Even though CString objects are dynamic objects that can grow, they act like built-in primitive types and simple classes. Each CString object represents a unique value. CString objects should be thought of as the actual strings rather than as pointers to strings.
You can assign one CString object to another. However, when you modify one of the two CString objects, the other CString object is not modified, as shown by the following example:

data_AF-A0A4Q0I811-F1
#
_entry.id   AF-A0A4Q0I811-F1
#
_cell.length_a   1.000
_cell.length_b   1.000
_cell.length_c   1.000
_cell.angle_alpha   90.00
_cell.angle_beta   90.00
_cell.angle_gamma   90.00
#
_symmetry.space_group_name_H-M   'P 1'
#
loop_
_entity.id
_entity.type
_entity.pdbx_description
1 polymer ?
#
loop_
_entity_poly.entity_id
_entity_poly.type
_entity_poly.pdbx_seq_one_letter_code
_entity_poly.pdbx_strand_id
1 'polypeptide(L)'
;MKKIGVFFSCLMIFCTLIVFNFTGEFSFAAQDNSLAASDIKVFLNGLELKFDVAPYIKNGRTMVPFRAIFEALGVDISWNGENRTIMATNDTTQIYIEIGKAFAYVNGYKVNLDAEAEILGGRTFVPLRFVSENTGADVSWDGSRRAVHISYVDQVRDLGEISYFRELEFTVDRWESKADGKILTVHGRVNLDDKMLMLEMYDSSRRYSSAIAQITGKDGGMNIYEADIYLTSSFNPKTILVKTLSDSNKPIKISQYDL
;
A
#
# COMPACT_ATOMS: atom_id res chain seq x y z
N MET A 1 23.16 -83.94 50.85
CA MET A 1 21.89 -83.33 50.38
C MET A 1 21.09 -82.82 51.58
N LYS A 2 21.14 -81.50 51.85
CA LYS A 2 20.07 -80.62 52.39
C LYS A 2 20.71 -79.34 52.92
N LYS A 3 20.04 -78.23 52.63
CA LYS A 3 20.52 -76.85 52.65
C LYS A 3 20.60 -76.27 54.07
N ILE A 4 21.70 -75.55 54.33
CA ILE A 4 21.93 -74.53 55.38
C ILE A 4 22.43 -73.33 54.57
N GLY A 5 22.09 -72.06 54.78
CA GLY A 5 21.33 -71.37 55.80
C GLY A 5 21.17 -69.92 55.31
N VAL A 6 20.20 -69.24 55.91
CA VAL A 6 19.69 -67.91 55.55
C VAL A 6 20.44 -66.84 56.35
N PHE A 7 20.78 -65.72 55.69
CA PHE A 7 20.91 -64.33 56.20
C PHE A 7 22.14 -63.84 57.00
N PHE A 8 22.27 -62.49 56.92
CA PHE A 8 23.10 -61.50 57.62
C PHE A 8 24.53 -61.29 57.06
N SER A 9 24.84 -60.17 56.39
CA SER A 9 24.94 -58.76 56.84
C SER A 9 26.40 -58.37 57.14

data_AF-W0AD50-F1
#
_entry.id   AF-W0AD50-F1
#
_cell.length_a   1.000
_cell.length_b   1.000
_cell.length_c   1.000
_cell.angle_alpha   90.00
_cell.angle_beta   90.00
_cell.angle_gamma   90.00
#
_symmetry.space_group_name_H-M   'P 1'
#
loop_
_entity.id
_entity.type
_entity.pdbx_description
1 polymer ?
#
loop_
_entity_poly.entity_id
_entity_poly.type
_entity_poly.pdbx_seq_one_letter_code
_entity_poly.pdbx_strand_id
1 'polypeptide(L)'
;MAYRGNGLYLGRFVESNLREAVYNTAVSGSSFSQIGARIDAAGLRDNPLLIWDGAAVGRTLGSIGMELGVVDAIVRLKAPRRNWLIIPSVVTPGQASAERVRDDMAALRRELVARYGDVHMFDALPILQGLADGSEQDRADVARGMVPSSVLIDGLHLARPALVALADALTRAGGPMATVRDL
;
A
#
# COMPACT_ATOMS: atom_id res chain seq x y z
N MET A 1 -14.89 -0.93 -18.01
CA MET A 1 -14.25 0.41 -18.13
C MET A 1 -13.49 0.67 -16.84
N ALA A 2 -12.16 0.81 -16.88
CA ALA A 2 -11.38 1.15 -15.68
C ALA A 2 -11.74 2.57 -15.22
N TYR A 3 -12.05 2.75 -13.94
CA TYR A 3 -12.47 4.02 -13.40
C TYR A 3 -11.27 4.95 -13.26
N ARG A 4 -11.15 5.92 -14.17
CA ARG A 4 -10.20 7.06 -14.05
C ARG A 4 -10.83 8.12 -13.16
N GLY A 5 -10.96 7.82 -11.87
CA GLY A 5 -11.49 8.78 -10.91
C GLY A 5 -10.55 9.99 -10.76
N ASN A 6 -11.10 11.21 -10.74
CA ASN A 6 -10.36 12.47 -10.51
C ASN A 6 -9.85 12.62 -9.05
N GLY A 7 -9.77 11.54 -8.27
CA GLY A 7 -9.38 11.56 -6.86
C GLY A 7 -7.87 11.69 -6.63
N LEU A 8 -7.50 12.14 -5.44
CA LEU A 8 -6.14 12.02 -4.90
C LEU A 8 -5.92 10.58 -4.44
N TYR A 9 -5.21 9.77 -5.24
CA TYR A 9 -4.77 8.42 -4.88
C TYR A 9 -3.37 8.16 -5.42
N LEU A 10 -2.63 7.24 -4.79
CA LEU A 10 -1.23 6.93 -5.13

CString s1, s2; s1 = s2 = "hi there"; if( s1 == s2 ) // TRUE - they are equal ... s1.MakeUpper(); // Does not modify s2 if( s2 == 'h' ) // TRUE - s2 is still "hi there"
Note in the example that the two CString objects are considered "equal" because they represent the same character string. The CString class overloads the equality operator (==) to compare two CString objects based on their value (contents) rather than their identity (address).